Microsoft: “Safely removing” USB flash drives is not necessary

Microsoft has finally confirmed you don't need to safely eject a flash drive before ripping it out (at least when it's not writing).

Hey, you know how you tell users how it’s vital to use the “safely eject” feature for USB flash drive before removing them? Rejoice, for those days are over.

Microsoft has confirmed in Windows 10, you don’t need to worry about safely removing USB thumb drives. Windows 10 has a feature called “quick removal” which allows you to pull the drive at any time – so long as you’re not actively writing files to it.

It’s also the default setting with every new drive you plug in as of Windows 10 version 1809, so it’s not something you need to manually set up for your users.

In a nutshell, “quick removal” stops Windows from continuously trying to write to a flash drive, which was why you needed the safely eject feature in the first place.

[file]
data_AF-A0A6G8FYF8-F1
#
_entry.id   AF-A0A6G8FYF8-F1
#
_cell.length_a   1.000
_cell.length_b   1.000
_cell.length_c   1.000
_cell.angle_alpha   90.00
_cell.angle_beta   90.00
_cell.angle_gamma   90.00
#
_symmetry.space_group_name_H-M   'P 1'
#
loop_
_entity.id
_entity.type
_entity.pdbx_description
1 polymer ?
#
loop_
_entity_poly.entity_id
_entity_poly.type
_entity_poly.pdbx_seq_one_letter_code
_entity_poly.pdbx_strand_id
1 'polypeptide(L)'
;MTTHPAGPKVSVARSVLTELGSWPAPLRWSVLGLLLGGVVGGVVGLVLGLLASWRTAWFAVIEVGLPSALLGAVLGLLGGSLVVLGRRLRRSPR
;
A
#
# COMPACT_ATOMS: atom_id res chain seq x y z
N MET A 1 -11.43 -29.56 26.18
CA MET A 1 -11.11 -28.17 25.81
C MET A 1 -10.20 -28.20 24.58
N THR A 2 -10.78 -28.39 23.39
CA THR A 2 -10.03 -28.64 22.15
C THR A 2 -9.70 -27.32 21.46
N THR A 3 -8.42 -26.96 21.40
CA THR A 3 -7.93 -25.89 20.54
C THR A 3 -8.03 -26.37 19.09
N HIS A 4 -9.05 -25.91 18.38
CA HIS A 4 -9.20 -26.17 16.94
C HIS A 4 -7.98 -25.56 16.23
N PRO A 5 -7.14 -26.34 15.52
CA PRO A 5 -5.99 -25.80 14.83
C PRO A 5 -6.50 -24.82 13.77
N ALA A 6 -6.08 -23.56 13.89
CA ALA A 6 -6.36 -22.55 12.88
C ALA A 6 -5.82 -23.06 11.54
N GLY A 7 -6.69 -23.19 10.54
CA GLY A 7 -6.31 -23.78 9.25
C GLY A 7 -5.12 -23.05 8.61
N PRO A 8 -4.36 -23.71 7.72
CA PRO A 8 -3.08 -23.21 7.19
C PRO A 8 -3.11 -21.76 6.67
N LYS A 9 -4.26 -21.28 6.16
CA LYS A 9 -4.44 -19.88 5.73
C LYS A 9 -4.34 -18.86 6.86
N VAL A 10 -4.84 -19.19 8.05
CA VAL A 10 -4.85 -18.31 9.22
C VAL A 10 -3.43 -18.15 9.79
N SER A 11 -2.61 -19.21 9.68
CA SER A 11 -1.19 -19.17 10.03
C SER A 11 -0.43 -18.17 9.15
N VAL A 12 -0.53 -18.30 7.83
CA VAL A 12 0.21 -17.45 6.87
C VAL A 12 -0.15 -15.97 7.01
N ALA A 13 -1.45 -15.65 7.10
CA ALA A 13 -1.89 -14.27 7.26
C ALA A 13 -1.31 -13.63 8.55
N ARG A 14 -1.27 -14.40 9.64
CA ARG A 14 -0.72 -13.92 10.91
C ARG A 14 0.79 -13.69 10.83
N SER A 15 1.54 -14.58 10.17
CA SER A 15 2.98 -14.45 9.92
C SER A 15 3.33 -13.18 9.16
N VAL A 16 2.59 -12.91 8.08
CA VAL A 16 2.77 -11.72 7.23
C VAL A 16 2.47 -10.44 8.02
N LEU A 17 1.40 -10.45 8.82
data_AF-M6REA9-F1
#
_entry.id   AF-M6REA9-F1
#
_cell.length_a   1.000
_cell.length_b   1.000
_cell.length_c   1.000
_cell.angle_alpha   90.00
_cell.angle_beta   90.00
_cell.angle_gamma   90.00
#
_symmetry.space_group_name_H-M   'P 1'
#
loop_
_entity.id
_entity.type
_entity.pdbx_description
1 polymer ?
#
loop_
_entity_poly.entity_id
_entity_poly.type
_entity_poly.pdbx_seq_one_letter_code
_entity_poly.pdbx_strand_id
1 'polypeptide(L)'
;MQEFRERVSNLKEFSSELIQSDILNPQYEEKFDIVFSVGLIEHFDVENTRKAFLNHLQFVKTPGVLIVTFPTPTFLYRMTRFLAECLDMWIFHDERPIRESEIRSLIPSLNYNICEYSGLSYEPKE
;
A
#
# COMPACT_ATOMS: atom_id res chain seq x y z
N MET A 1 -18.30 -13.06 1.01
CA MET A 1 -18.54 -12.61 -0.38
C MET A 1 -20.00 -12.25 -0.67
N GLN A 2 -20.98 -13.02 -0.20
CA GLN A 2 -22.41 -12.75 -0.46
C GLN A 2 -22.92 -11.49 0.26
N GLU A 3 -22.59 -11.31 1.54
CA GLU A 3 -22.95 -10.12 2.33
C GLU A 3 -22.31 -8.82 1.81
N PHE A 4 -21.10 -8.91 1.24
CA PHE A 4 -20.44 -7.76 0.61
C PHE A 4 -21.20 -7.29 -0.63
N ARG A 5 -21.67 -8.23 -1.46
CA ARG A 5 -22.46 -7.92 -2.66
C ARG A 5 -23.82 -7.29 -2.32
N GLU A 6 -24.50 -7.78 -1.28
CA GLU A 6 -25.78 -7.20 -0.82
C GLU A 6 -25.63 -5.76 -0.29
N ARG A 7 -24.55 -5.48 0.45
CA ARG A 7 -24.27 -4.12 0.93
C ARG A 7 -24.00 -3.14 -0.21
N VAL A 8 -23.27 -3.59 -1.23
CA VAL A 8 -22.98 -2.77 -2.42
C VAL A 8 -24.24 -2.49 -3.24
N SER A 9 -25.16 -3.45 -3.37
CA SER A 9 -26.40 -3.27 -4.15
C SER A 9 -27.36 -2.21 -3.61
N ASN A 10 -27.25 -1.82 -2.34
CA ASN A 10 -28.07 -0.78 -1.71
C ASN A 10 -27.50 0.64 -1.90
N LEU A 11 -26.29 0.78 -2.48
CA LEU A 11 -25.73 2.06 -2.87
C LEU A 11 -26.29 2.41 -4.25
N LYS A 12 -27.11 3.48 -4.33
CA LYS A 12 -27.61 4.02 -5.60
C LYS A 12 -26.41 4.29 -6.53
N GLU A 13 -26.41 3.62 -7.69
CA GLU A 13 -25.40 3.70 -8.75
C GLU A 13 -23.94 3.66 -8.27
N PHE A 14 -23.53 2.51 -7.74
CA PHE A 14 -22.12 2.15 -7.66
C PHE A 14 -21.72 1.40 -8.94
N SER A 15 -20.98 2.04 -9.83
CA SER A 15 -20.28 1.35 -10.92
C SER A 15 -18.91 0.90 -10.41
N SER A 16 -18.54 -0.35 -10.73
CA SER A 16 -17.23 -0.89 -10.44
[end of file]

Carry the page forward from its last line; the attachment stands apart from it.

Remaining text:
It’s been this way for a while

Microsoft technically implemented this back in October when version 1809 hit the scene, but not everyone’s aware of it. The big change is that Microsoft is doing the rounds, telling IT professionals that the update is being deployed more broadly.

And, according to The Verge’s Tom Warren, Microsoft has had protections to keep flash drives safe since Windows 7. So even if you’re not using an updated version of Windows 10, you’re probably still covered.

This is somewhat contrary to the mixed messages Microsoft has historically given. Even now, Windows 10 still has a vestigial “safely eject” feature, despite it not being necessary.

Just to clarify: None of this means you should pull out a USB flash device while it’s still writing!

Keeping your data safe

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